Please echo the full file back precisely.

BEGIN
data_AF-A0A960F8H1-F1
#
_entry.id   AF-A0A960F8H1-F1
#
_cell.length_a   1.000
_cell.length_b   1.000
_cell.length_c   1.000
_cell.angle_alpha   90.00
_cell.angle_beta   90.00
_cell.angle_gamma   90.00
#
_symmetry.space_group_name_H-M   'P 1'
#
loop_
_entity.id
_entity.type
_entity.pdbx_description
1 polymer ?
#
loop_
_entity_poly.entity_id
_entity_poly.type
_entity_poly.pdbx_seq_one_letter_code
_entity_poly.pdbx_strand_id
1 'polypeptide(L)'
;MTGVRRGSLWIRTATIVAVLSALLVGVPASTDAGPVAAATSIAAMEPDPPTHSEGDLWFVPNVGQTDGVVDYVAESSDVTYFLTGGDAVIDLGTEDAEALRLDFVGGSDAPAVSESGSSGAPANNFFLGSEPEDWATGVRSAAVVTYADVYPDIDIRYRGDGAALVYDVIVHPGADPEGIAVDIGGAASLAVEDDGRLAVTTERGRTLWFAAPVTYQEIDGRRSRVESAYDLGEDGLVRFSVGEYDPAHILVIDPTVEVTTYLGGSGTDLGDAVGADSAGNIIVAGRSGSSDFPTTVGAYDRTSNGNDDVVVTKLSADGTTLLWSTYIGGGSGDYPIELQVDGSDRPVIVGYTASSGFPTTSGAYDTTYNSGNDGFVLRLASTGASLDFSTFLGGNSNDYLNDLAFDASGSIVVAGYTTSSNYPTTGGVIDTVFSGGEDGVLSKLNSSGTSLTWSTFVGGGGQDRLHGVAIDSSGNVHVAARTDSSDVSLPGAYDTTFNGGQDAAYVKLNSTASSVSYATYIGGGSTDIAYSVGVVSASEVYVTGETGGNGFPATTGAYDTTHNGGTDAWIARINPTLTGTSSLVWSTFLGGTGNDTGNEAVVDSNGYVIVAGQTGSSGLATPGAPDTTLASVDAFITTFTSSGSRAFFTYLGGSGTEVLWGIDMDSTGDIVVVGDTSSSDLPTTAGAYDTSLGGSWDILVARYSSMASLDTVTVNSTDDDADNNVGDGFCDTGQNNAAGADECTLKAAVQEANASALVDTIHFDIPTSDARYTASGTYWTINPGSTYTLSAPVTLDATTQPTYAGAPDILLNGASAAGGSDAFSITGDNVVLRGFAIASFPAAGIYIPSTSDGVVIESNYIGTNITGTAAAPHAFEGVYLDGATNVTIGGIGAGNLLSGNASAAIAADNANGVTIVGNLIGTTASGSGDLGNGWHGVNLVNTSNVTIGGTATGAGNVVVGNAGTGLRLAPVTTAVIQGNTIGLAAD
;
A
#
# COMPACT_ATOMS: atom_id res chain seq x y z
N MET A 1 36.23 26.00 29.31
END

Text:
data_AF-A0A960F8H1-F1
#
_entry.id   AF-A0A960F8H1-F1
#
_cell.length_a   1.000
_cell.length_b   1.000
_cell.length_c   1.000
_cell.angle_alpha   90.00
_cell.angle_beta   90.00
_cell.angle_gamma   90.00
#
_symmetry.space_group_name_H-M   'P 1'
#
loop_
_entity.id
_entity.type
_entity.pdbx_description
1 polymer ?
#
loop_
_entity_poly.entity_id
_entity_poly.type
_entity_poly.pdbx_seq_one_letter_code
_entity_poly.pdbx_strand_id
1 'polypeptide(L)'
;MTGVRRGSLWIRTATIVAVLSALLVGVPASTDAGPVAAATSIAAMEPDPPTHSEGDLWFVPNVGQTDGVVDYVAESSDVTYFLTGGDAVIDLGTEDAEALRLDFVGGSDAPAVSESGSSGAPANNFFLGSEPEDWATGVRSAAVVTYADVYPDIDIRYRGDGAALVYDVIVHPGADPEGIAVDIGGAASLAVEDDGRLAVTTERGRTLWFAAPVTYQEIDGRRSRVESAYDLGEDGLVRFSVGEYDPAHILVIDPTVEVTTYLGGSGTDLGDAVGADSAGNIIVAGRSGSSDFPTTVGAYDRTSNGNDDVVVTKLSADGTTLLWSTYIGGGSGDYPIELQVDGSDRPVIVGYTASSGFPTTSGAYDTTYNSGNDGFVLRLASTGASLDFSTFLGGNSNDYLNDLAFDASGSIVVAGYTTSSNYPTTGGVIDTVFSGGEDGVLSKLNSSGTSLTWSTFVGGGGQDRLHGVAIDSSGNVHVAARTDSSDVSLPGAYDTTFNGGQDAAYVKLNSTASSVSYATYIGGGSTDIAYSVGVVSASEVYVTGETGGNGFPATTGAYDTTHNGGTDAWIARINPTLTGTSSLVWSTFLGGTGNDTGNEAVVDSNGYVIVAGQTGSSGLATPGAPDTTLASVDAFITTFTSSGSRAFFTYLGGSGTEVLWGIDMDSTGDIVVVGDTSSSDLPTTAGAYDTSLGGSWDILVARYSSMASLDTVTVNSTDDDADNNVGDGFCDTGQNNAAGADECTLKAAVQEANASALVDTIHFDIPTSDARYTASGTYWTINPGSTYTLSAPVTLDATTQPTYAGAPDILLNGASAAGGSDAFSITGDNVVLRGFAIASFPAAGIYIPSTSDGVVIESNYIGTNITGTAAAPHAFEGVYLDGATNVTIGGIGAGNLLSGNASAAIAADNANGVTIVGNLIGTTASGSGDLGNGWHGVNLVNTSNVTIGGTATGAGNVVVGNAGTGLRLAPVTTAVIQGNTIGLAAD
;
A
#
# COMPACT_ATOMS: atom_id res chain seq x y z
N MET A 1 36.23 26.00 29.31